GORDON BARNHAM COLLECTION
No. 11652. de Havilland D.H.37 (G-AUAA c/n 105)
Photographed at Essenden, Victoria, Australia, ca. 1920s, source unknown

de Havilland D.H.37

11/30/2012. Remarks by Johan Visschedijk: "The D.H.37 was designed for Alan S. Butler as a three-seat touring aircraft for his travelling around Europe. At the same time as he ordered it, his investment gave the company the chance to purchase its premises thereby gaining the much needed security for the future. Alan Butler subsequently became chairman of the company, a post he retained until his retirement in 1950.

The D.H.37 was powered by a Rolls-Royce Falcon III engine acquired from the Aircraft Disposal Company. Construction was of wood with ply-covered fuselage and fabric flying surfaces. The two passengers were located in a cockpit in front of the pilot, with a sliding hatch which could be closed when it was unoccupied.

Registered G-EBDO, Alan Butler's D.H.37 was named Sylvia after his sister, and it performed well with an endurance 5.5 hours, a cruising speed of 105 mph (168 kmh) and it could climb to 10,000 ft (3,050 m) in 11 minutes. The aircraft was therefore also suitable for sporting events as well as touring, gaining fifth place in the 1922 King' s Cup and third place in 1924 and 1925 in the same race.

The Falcon engine was replaced in 1926 by a 30 lb (13.6 kg) lighter A.D.C. (Aircraft Disposals Company) Nimbus engine which developed an additional 25 hp. In this form it became the D.H.37A, named Lois after Butler's wife, and its performance in races was much improved. Regrettably it was written off in a crash near Bournemouth on 4 June 1927 while practicing for a race, killing the passenger and injuring the pilot. Alan Butler was not flying it that day.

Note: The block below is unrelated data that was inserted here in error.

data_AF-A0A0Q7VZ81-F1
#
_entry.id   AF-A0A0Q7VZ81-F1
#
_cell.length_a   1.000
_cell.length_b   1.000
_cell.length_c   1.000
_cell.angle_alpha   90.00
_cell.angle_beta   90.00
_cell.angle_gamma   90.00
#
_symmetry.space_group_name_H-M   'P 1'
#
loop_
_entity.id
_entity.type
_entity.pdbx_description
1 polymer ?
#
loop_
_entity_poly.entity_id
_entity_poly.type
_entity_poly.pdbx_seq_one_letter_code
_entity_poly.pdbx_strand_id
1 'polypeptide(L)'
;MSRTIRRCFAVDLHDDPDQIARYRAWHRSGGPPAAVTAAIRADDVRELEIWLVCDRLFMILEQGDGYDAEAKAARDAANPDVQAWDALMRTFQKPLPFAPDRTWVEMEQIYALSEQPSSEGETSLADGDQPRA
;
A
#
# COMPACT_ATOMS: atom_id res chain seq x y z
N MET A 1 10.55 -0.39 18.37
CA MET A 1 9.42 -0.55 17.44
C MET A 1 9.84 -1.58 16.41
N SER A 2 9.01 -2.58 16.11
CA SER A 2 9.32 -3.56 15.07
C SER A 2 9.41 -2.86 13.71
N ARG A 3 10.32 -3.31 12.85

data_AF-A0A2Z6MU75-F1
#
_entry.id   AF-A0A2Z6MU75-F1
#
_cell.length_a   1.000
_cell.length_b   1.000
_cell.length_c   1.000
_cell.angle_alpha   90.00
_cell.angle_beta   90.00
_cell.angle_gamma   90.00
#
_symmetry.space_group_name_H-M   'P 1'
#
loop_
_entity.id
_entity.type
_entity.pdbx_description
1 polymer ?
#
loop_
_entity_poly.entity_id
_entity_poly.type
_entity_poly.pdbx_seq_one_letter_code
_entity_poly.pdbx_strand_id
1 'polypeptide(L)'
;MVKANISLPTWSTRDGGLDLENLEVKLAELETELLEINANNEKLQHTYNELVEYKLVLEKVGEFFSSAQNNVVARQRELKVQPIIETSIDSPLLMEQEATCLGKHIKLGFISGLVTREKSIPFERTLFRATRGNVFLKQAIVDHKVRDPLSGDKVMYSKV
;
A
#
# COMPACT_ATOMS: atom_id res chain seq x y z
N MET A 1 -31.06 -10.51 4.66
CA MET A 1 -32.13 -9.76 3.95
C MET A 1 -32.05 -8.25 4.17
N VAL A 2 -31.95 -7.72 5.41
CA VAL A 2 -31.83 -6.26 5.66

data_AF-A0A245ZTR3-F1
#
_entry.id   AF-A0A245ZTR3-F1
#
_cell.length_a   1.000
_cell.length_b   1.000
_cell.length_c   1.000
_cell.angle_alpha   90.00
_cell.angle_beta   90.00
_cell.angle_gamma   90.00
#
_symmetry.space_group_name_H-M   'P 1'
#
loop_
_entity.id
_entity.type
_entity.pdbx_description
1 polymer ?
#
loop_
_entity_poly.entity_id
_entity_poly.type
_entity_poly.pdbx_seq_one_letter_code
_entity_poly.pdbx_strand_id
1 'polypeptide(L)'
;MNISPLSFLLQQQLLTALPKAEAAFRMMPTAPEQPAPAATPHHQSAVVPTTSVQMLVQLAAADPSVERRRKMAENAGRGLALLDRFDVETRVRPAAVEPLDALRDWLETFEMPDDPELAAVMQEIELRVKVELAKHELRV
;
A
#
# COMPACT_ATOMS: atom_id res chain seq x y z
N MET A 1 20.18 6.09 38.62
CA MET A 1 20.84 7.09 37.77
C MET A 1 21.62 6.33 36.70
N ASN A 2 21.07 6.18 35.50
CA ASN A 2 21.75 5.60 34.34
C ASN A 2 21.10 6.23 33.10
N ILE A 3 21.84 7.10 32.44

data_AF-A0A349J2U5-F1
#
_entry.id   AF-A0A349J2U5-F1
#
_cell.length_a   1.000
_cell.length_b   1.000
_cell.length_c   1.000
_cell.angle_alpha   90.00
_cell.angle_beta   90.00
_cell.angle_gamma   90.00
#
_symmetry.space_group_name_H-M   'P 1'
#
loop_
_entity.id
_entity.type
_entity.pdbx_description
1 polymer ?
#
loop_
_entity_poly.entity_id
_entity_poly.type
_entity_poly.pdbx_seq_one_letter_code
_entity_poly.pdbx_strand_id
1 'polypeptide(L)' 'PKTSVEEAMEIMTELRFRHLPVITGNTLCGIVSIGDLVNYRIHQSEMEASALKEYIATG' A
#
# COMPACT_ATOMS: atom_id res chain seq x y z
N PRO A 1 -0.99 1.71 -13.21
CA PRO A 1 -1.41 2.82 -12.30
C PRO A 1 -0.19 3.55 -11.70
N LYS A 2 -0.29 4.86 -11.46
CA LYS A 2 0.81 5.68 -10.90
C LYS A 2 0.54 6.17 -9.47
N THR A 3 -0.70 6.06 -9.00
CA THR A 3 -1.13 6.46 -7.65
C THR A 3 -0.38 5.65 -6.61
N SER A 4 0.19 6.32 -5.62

A second D.H.37 was built for the Controller of Civil Aviation in Australia, and left Britain by ship on April 14, 1924. It was also used for touring and racing, becoming the first aircraft on the Australian register as G-AUAA on July 1, 1924. Subsequently it was reregistered to the Guinea Gold (NL) Ltd at Adelaide, South Australia, and commenced flying on busy communications routes around New Guinea, but crashed at Wau, New Guinea, on January 1, 1928.

The aircraft was repaired and on April 22, 1929, it was reregistered as VH-UAA, subsequent owners were H.D. McGilvery of Sydney, New South Wales, F.T. O'Dea of Roseville NSW, and R. Wylie of Mascot. The aircraft crashed into the sea off Crowdy Head on March 25, 1932 and was lost. The following data relate to the D.H.37A.

Created November 30, 2012